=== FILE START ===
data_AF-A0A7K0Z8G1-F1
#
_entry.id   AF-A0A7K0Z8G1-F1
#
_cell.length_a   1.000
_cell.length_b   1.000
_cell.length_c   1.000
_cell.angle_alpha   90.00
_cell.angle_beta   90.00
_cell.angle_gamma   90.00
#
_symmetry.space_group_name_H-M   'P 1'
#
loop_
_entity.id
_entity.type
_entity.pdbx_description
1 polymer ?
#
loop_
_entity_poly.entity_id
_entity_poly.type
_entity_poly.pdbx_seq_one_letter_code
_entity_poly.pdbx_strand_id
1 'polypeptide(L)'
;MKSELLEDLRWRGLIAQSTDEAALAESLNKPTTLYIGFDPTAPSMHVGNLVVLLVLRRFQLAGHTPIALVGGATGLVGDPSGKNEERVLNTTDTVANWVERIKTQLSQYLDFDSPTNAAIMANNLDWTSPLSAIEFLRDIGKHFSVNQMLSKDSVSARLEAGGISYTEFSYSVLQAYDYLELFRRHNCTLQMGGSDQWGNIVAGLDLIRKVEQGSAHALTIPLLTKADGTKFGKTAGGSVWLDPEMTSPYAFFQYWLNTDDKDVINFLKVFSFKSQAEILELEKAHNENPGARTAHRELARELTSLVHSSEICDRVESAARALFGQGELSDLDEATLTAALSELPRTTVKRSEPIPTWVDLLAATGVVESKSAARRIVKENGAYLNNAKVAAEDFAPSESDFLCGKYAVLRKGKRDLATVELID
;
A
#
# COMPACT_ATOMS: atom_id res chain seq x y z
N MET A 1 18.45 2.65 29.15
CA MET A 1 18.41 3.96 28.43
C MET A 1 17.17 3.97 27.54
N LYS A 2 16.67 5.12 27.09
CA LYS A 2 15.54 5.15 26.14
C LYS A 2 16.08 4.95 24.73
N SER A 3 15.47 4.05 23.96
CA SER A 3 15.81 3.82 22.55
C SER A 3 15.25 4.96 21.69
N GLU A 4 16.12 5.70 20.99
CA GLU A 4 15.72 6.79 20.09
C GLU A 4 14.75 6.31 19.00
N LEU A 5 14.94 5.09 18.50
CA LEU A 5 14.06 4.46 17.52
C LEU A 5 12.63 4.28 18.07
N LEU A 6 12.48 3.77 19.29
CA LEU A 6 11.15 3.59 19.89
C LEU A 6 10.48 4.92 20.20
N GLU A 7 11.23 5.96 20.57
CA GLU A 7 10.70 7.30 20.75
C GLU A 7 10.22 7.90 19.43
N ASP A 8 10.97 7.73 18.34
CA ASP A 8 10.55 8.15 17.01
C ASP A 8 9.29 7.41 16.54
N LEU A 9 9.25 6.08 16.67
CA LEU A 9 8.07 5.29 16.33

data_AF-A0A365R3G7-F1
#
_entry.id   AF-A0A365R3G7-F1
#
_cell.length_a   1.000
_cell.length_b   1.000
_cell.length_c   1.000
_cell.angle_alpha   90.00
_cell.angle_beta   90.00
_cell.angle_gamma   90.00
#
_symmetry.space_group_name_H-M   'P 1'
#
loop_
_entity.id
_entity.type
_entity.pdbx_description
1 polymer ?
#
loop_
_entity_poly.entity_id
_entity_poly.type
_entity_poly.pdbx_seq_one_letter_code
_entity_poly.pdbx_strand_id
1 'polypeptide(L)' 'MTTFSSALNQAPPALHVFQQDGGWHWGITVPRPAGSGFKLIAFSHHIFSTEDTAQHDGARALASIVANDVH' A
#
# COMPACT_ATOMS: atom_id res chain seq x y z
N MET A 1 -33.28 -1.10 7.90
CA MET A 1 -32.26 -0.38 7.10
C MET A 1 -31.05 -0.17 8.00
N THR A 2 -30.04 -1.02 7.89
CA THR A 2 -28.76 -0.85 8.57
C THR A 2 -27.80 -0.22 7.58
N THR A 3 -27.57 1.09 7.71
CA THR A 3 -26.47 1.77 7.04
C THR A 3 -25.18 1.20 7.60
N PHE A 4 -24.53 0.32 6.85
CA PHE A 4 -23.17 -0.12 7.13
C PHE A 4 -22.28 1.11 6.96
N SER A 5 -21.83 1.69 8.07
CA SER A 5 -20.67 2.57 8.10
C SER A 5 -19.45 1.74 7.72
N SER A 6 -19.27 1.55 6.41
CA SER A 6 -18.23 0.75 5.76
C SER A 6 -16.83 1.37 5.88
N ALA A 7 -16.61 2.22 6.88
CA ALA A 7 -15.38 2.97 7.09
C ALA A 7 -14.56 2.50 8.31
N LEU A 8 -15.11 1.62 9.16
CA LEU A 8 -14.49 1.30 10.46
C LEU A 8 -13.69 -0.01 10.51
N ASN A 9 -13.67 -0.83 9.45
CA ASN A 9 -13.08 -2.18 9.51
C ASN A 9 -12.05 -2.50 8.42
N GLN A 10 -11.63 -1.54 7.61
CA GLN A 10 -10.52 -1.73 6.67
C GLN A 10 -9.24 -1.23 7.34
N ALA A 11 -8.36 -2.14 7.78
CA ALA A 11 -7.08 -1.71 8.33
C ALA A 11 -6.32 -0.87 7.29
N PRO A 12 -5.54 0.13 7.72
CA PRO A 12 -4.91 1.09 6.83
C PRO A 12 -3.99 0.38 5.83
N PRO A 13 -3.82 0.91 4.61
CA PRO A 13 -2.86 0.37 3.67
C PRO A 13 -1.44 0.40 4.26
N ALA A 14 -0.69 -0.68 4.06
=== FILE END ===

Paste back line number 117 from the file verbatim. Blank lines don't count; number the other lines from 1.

N PRO A 12 -5.54 0.13 7.72